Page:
Here in Idaho, it is hunting season. Archery season generally starts the 1st of September and runs through the end of September and then it is the General rifle season from the 1st of October through the end of October. It’s the time of year when everything takes backseat to the annual hunting trip. Try to get a court date this time of year and you’ll find yourself waiting until the end of hunting season, everything is on hold.

When I was going to College, I took an archery course for a PE credit. We were using long bows (that should tell you how long ago it was) and I was amazed as to how accurate they were. So it seemed to be a no brainer many years later when my sons talked me into going hunting with them during archery season. My youngest even had a spare bow he loaned me.

The bow he loaned me didn’t look anything like the long bow I had used several years ago, and it was a little harder to pull than the long bow. With a little practice though, I felt like I was good to go archery hunting.

We had scouted the fields around our town so we knew where all the big bucks could be found, we thought. When hunting season started, there wasn’t a buck to be found anywhere near their old haunts. Early one morning we finally found two smaller bucks in the National Forest. We watched as they climbed a slope and settled in on a rock ledge that overlooked the valley below.

My youngest son thought he could trek over to a ridge that ran perpendicular to where the deer were sitting and then drop down on them from above. My job was to hide behind a ridge below the rock shelf where I couldn’t be seen by the deer in case they got spooked and tried to run down the side of the hill.

From my hiding spot, I could see my son climbing on the hill above where the deer had settled in, but I couldn’t see the deer. As I watched him carefully descend the hill, I suddenly saw him start frantically waving, and I took that as a sign that the deer were moving. I knocked an arrow and drew my bow as I stepped forward to view what was happening on the other side of my hill.

As I stepped forward, I heard crashing in front of me and suddenly it looked like a huge herd of deer (actually probably no more than three or four) was coming down the hill right at me. I knew I was going to get trampled to death, but I was going to take one of them with me. I let my arrow fly, and it drove straight into the ground. I don’t know whether it was the sight of me or the sound of my arrow hitting the brush, but the deer suddenly veered to the right and were gone.

That was my first and last archery hunt. I’ve been hunting a few times since then, but always with a rifle. With a rifle, you don’t have to fear being trampled, the deer are always several hundred yards away. In my experience they have been so far away that you can’t even see them.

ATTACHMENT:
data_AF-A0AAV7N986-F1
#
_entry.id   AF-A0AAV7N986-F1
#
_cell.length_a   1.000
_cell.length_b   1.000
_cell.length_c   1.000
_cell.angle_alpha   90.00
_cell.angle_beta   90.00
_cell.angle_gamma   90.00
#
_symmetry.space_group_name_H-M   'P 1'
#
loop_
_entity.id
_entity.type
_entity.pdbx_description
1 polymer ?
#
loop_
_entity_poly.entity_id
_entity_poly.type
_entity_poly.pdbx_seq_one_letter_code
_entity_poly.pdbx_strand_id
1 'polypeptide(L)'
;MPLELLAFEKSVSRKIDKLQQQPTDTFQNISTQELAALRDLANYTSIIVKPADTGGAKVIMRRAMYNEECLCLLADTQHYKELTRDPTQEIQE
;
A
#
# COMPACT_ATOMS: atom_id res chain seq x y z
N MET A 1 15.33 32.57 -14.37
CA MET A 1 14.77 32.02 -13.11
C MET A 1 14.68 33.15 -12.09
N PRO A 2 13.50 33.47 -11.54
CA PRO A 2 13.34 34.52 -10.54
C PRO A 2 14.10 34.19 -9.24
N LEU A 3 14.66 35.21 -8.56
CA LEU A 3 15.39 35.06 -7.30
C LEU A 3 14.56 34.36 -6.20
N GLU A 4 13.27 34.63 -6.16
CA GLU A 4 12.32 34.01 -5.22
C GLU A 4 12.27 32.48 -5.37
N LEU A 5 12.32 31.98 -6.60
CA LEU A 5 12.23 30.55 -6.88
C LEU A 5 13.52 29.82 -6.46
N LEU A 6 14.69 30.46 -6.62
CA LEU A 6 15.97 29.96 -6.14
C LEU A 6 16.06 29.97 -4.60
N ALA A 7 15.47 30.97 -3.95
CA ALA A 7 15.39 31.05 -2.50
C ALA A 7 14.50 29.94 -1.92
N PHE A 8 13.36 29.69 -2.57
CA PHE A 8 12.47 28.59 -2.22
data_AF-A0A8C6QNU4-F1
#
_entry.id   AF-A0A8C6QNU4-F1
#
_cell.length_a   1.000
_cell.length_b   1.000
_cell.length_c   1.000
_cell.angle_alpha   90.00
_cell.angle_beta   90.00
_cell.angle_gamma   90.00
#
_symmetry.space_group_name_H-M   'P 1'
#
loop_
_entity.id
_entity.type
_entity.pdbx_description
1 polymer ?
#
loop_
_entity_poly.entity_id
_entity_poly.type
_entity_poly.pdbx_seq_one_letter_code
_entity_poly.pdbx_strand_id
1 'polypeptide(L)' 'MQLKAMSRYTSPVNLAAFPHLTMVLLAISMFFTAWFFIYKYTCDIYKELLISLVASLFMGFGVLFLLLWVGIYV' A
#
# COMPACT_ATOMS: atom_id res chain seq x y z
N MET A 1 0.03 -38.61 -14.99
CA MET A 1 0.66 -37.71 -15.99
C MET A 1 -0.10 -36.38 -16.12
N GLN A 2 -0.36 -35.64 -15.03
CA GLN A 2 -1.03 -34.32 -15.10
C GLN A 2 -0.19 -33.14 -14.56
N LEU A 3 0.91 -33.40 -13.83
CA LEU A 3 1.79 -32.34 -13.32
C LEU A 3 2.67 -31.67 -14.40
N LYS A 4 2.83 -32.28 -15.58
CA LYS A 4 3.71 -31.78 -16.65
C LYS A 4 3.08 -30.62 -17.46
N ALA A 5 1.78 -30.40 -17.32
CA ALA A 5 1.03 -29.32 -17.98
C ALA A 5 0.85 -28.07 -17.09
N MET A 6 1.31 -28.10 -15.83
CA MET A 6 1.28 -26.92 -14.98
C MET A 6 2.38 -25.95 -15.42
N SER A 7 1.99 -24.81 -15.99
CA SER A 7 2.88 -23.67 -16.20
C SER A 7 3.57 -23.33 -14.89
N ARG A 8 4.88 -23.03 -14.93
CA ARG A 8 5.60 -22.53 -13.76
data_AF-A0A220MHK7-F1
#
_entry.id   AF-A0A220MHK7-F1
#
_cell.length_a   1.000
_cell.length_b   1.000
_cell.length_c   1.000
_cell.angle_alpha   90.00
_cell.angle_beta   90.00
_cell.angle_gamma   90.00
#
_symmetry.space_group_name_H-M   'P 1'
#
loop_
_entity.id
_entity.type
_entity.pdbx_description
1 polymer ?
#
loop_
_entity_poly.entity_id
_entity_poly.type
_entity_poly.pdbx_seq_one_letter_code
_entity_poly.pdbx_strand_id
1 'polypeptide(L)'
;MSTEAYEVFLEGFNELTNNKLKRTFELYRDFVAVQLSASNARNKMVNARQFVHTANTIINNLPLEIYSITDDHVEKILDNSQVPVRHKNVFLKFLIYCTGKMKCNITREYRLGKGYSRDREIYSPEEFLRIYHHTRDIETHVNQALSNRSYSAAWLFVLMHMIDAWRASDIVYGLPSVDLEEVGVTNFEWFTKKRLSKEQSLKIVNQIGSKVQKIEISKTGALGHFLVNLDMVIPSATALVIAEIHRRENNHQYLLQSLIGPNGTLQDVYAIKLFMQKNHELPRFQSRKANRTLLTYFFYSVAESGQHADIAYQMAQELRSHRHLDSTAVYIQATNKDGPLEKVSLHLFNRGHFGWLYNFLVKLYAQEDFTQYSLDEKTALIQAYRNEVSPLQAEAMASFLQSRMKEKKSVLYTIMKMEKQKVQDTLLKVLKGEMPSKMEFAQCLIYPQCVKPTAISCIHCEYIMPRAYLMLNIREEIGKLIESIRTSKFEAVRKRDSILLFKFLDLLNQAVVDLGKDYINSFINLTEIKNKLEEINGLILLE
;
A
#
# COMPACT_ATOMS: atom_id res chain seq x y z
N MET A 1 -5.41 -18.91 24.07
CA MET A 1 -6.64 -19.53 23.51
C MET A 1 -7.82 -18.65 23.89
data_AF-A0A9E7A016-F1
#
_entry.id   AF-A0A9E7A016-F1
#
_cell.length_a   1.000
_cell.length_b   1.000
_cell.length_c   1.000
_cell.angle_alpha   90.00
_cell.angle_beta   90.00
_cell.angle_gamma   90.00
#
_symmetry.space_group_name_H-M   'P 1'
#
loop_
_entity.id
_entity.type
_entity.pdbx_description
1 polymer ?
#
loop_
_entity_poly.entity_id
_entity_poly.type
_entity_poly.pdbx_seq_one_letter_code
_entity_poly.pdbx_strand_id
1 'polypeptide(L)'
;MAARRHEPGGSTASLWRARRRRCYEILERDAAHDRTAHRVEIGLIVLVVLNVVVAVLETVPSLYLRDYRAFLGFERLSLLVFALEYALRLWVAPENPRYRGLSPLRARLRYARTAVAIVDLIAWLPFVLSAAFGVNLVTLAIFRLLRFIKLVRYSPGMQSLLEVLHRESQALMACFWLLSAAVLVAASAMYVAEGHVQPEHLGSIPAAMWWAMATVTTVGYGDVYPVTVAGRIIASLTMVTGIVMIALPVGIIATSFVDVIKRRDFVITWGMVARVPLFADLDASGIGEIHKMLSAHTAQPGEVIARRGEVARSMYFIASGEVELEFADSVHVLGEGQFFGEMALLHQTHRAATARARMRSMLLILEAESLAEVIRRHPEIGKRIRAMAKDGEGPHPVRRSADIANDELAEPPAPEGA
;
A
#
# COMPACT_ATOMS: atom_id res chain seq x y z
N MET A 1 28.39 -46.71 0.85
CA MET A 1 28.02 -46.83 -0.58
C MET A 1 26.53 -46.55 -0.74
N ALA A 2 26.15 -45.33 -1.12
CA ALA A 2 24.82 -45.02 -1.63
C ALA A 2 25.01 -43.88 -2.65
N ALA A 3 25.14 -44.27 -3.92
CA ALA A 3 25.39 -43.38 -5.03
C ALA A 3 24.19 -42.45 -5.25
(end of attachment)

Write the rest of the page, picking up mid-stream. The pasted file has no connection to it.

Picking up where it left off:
Have fun you intrepid hunters. I’ll get my hunting thrills these days from the Discovery Channel.

Posted 1:03 PM

Share |

No Comments

Post a Comment
Required (Not Displayed)

All comments are moderated and stripped of HTML.
Submission Validation
Change the CAPTCHA codeSpeak the CAPTCHA code
Enter the Validation Code from above.
NOTICE: This blog and website are made available by the publisher for educational and informational purposes only. It is not be used as a substitute for competent insurance, legal, or tax advice from a licensed professional in your state. By using this blog site you understand that there is no broker client relationship between you and the blog and website publisher.
Blog Archive

View Mobile Version
Join Our Alliance
Meet Our Alliance
Meet Our Most Valuable Player Alex Pieters Pieters Insurance - Minden, Nevada MINDEN, Nevada — A small community of just more than 3,000 residents east of the southern tip of Lake Tahoe, Minden, Nevada, is a quiet little town in the heart of the Carson Valley.

For just about a quarter of a century, Alex Pieters was one of a handful of police officers in the county seat of Douglas County.

Knowing the community as he does, it made sense that Alex would hang his shingle in this community that once boasted it was a getaway destination for some of the biggest names in Hollywood, including Clark Gable and Jean Harlow.

Alex understands that to succeed in a small town, being competitive with price is important.

Pacific Crest Independent Insurance Alliance
"We are real people who foster trust through relationships, practice integrity with action and empower you to write your own story"

Copyright Pacific Crest Independent Insurance Alliance. All rights reserved. Powered by Insurance Website Builder
Blog RSS
Home Client Services About Us Partners Locations Contact Us Insurance Website Builder